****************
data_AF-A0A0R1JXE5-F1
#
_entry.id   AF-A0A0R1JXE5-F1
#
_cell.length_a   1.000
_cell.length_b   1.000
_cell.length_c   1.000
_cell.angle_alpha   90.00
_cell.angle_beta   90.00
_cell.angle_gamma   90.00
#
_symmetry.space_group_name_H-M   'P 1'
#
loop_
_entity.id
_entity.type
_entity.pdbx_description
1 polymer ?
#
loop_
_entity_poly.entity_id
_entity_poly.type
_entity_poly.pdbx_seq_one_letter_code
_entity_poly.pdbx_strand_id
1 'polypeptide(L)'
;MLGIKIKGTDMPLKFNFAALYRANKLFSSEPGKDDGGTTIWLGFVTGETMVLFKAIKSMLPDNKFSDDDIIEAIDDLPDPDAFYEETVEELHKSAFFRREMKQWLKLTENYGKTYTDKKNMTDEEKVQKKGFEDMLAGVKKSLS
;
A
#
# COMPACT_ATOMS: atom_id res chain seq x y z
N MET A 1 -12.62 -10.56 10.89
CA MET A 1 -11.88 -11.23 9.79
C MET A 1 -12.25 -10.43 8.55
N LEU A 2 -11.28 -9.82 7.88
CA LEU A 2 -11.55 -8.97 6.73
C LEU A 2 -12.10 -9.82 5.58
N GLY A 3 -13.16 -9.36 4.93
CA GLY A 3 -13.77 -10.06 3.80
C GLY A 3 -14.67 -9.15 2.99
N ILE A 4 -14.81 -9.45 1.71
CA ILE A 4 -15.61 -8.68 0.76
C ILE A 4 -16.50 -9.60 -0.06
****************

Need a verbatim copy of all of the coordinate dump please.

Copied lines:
data_AF-A0A0R1JXE5-F1
#
_entry.id   AF-A0A0R1JXE5-F1
#
_cell.length_a   1.000
_cell.length_b   1.000
_cell.length_c   1.000
_cell.angle_alpha   90.00
_cell.angle_beta   90.00
_cell.angle_gamma   90.00
#
_symmetry.space_group_name_H-M   'P 1'
#
loop_
_entity.id
_entity.type
_entity.pdbx_description
1 polymer ?
#
loop_
_entity_poly.entity_id
_entity_poly.type
_entity_poly.pdbx_seq_one_letter_code
_entity_poly.pdbx_strand_id
1 'polypeptide(L)'
;MLGIKIKGTDMPLKFNFAALYRANKLFSSEPGKDDGGTTIWLGFVTGETMVLFKAIKSMLPDNKFSDDDIIEAIDDLPDPDAFYEETVEELHKSAFFRREMKQWLKLTENYGKTYTDKKNMTDEEKVQKKGFEDMLAGVKKSLS
;
A
#
# COMPACT_ATOMS: atom_id res chain seq x y z
N MET A 1 -12.62 -10.56 10.89
CA MET A 1 -11.88 -11.23 9.79
C MET A 1 -12.25 -10.43 8.55
N LEU A 2 -11.28 -9.82 7.88
CA LEU A 2 -11.55 -8.97 6.73
C LEU A 2 -12.10 -9.82 5.58
N GLY A 3 -13.16 -9.36 4.93
CA GLY A 3 -13.77 -10.06 3.80
C GLY A 3 -14.67 -9.15 2.99
N ILE A 4 -14.81 -9.45 1.71
CA ILE A 4 -15.61 -8.68 0.76
C ILE A 4 -16.50 -9.60 -0.06